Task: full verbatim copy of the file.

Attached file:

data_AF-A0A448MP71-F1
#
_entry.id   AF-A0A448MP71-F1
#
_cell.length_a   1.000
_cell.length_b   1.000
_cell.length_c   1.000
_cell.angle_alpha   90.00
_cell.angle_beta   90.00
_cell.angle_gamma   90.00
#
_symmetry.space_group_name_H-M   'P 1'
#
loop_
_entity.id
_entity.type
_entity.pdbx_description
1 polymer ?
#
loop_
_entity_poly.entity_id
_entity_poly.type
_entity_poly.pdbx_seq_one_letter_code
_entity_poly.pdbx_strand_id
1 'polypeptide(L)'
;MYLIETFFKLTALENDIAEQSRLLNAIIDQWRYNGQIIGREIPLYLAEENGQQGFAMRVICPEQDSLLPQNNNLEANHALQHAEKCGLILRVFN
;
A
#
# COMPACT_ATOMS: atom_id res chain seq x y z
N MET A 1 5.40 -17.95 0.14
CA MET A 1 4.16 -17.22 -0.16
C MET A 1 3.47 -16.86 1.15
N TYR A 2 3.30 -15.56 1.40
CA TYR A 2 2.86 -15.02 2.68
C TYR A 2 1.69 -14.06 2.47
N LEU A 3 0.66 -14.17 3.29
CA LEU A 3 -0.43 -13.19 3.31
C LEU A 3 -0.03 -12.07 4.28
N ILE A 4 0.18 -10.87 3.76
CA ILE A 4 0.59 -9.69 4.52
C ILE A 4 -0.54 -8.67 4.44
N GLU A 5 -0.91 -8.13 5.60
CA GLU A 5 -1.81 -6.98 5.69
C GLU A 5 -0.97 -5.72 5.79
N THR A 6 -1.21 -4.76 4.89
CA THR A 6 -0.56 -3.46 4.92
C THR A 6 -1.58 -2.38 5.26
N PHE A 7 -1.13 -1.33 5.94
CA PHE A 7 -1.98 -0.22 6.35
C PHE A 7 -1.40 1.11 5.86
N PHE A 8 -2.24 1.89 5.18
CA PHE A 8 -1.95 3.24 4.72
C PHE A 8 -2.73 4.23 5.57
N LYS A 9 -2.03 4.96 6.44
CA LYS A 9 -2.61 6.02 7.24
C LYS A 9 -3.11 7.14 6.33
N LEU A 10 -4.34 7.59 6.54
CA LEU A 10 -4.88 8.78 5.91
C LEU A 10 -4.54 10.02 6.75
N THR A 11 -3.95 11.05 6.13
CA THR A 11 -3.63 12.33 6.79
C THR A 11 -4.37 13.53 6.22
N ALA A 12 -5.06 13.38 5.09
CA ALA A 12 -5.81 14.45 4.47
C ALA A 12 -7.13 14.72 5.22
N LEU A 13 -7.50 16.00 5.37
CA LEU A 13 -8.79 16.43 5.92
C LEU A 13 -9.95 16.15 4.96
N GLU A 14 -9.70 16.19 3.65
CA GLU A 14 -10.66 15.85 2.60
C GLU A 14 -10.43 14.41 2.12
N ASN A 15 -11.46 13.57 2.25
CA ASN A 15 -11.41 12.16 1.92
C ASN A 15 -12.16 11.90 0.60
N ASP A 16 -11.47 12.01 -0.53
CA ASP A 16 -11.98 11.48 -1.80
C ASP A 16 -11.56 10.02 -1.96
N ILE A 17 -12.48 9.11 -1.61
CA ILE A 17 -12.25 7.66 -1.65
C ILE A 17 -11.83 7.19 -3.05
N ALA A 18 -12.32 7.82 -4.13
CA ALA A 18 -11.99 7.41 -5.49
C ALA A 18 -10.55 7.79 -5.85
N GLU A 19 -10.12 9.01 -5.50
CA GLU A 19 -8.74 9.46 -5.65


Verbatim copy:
data_AF-A0A448MP71-F1
#
_entry.id   AF-A0A448MP71-F1
#
_cell.length_a   1.000
_cell.length_b   1.000
_cell.length_c   1.000
_cell.angle_alpha   90.00
_cell.angle_beta   90.00
_cell.angle_gamma   90.00
#
_symmetry.space_group_name_H-M   'P 1'
#
loop_
_entity.id
_entity.type
_entity.pdbx_description
1 polymer ?
#
loop_
_entity_poly.entity_id
_entity_poly.type
_entity_poly.pdbx_seq_one_letter_code
_entity_poly.pdbx_strand_id
1 'polypeptide(L)'
;MYLIETFFKLTALENDIAEQSRLLNAIIDQWRYNGQIIGREIPLYLAEENGQQGFAMRVICPEQDSLLPQNNNLEANHALQHAEKCGLILRVFN
;
A
#
# COMPACT_ATOMS: atom_id res chain seq x y z
N MET A 1 5.40 -17.95 0.14
CA MET A 1 4.16 -17.22 -0.16
C MET A 1 3.47 -16.86 1.15
N TYR A 2 3.30 -15.56 1.40
CA TYR A 2 2.86 -15.02 2.68
C TYR A 2 1.69 -14.06 2.47
N LEU A 3 0.66 -14.17 3.29
CA LEU A 3 -0.43 -13.19 3.31
C LEU A 3 -0.03 -12.07 4.28
N ILE A 4 0.18 -10.87 3.76
CA ILE A 4 0.59 -9.69 4.52
C ILE A 4 -0.54 -8.67 4.44
N GLU A 5 -0.91 -8.13 5.60
CA GLU A 5 -1.81 -6.98 5.69
C GLU A 5 -0.97 -5.72 5.79
N THR A 6 -1.21 -4.76 4.89
CA THR A 6 -0.56 -3.46 4.92
C THR A 6 -1.58 -2.38 5.26
N PHE A 7 -1.13 -1.33 5.94
CA PHE A 7 -1.98 -0.22 6.35
C PHE A 7 -1.40 1.11 5.86
N PHE A 8 -2.24 1.89 5.18
CA PHE A 8 -1.95 3.24 4.72
C PHE A 8 -2.73 4.23 5.57
N LYS A 9 -2.03 4.96 6.44
CA LYS A 9 -2.61 6.02 7.24
C LYS A 9 -3.11 7.14 6.33
N LEU A 10 -4.34 7.59 6.54
CA LEU A 10 -4.88 8.78 5.91
C LEU A 10 -4.54 10.02 6.75
N THR A 11 -3.95 11.05 6.13
CA THR A 11 -3.63 12.33 6.79
C THR A 11 -4.37 13.53 6.22
N ALA A 12 -5.06 13.38 5.09
CA ALA A 12 -5.81 14.45 4.47
C ALA A 12 -7.13 14.72 5.22
N LEU A 13 -7.50 16.00 5.37
CA LEU A 13 -8.79 16.43 5.92
C LEU A 13 -9.95 16.15 4.96
N GLU A 14 -9.70 16.19 3.65
CA GLU A 14 -10.66 15.85 2.60
C GLU A 14 -10.43 14.41 2.12
N ASN A 15 -11.46 13.57 2.25
CA ASN A 15 -11.41 12.16 1.92
C ASN A 15 -12.16 11.90 0.60
N ASP A 16 -11.47 12.01 -0.53
CA ASP A 16 -11.98 11.48 -1.80
C ASP A 16 -11.56 10.02 -1.96
N ILE A 17 -12.48 9.11 -1.61
CA ILE A 17 -12.25 7.66 -1.65
C ILE A 17 -11.83 7.19 -3.05
N ALA A 18 -12.32 7.82 -4.13
CA ALA A 18 -11.99 7.41 -5.49
C ALA A 18 -10.55 7.79 -5.85
N GLU A 19 -10.12 9.01 -5.50
CA GLU A 19 -8.74 9.46 -5.65